Anti-tobacco advocates have expressed alarm after Philip Morris Fortune Tobacco Corporation (PMFTC), the local affiliate of Philip Morris International Inc, boasted an estimated 75,000 Filipinos switched from smoking cigarettes to IQOS, which they claim is “another” form of addiction.
“Quiting from addiction is different from shifting to another form of addiction. Taking a poison using a different mechanism is still taking a poison,” the Parents Against Vape (PAV) criticized. What is not being said, PAV stressed, is that the design of IQOS, other heated tobacco products (HTPs) and e-cigarettes “unfortunately appeal to the youth.”
“Government should ensure that these products are not marketed and advertised to the youth. Otherwise, we will end up creating new poisonous vices for our children,” the group added. Addiction of Filipino teens to vaping For Child Rights Network the recent industry spin that promotes e-cigarettes as a solution for adult smokers is merely a distraction from the bigger problem caused by the industry itself: the addiction of Filipino teens to vaping. “Let’s not be swayed by the industry’s message that Filipinos have successfully quit smoking cigarettes due to the introduction of heated tobacco products.
The introduction of these products has actually given rise to a more significant problem: teen vape and nicotine addiction. According to the latest Global Youth Tobacco Survey, 1 in 7 Filipino students aged 13-15 use vapes or e-cigarettes,” said Mr. Romeo Dongeto, Child Rights Network Convenor and Executive Director of the Philippine Legislators’ Committee on Population and Development. Mr. Dongeto said that there is an excessive attribution of the smoking decline to the existence of heated tobacco products when, in reality, it is the substantial contribution of recent tobacco control laws, particularly tax increases, that is driving down smoking prevalence in the Philippines. “Suddenly, they are concerned about people quitting smoking because they now have replacement products. Where were they in encouraging Filipinos to quit when vapes and e-cigarettes didn’t exist?” Mr. Dongeto asked.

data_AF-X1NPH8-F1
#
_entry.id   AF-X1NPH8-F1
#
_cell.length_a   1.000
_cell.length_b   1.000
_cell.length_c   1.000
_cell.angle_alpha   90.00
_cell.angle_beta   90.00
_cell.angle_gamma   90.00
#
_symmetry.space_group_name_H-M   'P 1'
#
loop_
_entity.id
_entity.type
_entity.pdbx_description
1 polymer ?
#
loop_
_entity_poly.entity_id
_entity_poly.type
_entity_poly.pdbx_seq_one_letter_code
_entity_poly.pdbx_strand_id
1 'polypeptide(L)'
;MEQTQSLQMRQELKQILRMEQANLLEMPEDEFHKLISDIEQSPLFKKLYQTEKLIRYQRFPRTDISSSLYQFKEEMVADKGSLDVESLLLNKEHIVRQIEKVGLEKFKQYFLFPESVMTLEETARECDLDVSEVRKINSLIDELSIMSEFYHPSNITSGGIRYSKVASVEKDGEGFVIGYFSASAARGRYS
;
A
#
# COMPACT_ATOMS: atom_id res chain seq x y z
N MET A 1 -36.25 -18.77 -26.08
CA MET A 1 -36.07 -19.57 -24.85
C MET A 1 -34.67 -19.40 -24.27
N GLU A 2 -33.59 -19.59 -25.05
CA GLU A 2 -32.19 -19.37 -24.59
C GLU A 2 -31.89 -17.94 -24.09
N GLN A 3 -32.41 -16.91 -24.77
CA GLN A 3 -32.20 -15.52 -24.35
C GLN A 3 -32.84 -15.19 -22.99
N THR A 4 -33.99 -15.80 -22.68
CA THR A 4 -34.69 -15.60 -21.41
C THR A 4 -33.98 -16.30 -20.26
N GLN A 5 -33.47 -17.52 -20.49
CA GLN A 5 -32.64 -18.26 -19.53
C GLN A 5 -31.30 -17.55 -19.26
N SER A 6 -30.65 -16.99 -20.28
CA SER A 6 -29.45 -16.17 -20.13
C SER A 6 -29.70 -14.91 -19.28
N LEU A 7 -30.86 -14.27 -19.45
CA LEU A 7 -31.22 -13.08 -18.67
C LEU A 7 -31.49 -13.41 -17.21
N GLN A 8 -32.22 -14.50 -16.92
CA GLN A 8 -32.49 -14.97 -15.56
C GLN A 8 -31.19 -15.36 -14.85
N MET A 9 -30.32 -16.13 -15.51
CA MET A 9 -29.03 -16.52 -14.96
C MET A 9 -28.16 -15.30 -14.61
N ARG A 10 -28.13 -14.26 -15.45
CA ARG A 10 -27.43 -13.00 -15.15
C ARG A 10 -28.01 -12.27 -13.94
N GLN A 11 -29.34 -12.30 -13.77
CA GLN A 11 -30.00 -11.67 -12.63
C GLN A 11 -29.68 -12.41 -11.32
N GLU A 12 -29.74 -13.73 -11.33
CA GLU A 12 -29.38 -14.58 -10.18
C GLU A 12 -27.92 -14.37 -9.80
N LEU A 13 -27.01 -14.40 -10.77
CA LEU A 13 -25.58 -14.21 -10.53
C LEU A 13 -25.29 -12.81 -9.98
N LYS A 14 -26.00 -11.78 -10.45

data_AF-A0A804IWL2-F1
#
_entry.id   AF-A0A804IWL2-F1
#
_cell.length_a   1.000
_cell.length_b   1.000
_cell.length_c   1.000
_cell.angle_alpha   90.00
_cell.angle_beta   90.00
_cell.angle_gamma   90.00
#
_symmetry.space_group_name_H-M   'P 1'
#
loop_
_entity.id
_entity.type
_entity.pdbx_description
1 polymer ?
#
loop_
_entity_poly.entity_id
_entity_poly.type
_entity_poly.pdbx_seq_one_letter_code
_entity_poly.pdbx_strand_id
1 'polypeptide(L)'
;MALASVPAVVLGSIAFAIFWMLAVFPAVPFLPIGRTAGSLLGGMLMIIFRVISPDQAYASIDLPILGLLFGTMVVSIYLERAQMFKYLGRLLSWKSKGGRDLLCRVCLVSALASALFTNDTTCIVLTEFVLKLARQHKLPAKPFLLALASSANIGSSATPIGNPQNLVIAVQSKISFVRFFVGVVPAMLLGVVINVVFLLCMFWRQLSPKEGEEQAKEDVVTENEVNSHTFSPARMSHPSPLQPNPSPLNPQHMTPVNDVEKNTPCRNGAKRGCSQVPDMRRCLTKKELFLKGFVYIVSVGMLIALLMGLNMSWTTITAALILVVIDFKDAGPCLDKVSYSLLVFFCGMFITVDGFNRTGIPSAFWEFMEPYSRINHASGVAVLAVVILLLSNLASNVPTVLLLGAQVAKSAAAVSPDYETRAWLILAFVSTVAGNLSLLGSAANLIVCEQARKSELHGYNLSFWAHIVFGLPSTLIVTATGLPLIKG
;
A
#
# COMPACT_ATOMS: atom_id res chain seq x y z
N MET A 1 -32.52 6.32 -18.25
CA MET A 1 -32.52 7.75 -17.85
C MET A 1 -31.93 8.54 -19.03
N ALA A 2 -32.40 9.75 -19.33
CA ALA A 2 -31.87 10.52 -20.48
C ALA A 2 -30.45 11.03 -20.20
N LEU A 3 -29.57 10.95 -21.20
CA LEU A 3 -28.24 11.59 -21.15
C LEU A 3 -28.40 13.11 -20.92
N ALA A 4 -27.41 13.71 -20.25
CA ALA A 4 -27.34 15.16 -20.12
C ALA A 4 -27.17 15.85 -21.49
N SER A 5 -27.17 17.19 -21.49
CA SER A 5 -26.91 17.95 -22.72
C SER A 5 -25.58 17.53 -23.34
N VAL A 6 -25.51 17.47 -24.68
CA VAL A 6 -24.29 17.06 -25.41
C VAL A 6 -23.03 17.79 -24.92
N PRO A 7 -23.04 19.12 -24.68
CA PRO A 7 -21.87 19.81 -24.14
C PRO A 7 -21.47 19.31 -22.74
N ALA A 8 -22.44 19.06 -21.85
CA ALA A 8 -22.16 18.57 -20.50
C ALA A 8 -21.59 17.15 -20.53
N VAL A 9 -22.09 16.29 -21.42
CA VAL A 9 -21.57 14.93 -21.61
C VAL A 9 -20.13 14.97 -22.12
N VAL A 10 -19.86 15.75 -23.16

Masquerading as public health benefit Meanwhile, Southeast Asia Tobacco Control Alliance (SEATCA) noted that studies have shown that the use of heated tobacco products (HTPs) may be a youth gateway to cigarette smoking by normalizing tobacco use and making it more likely for young people to start cigarette smoking, undoing years of progress in preventing smoking uptake.
Dr. Ulysses Dorotheo SEATCA Executive Director said that PMFTC is just after increasing their profits and ” ignoring that it continues to sell millions of cigarettes and opposes effective tobacco control measures.” Also, he said, the tobacco industry has a long history of promoting “safer cigarette” innovations, such as cigarette filters and “light/mild” and “low-tar” cigarettes, often mislabeling these products as game-changers in public health despite their ineffectiveness in reducing health risks.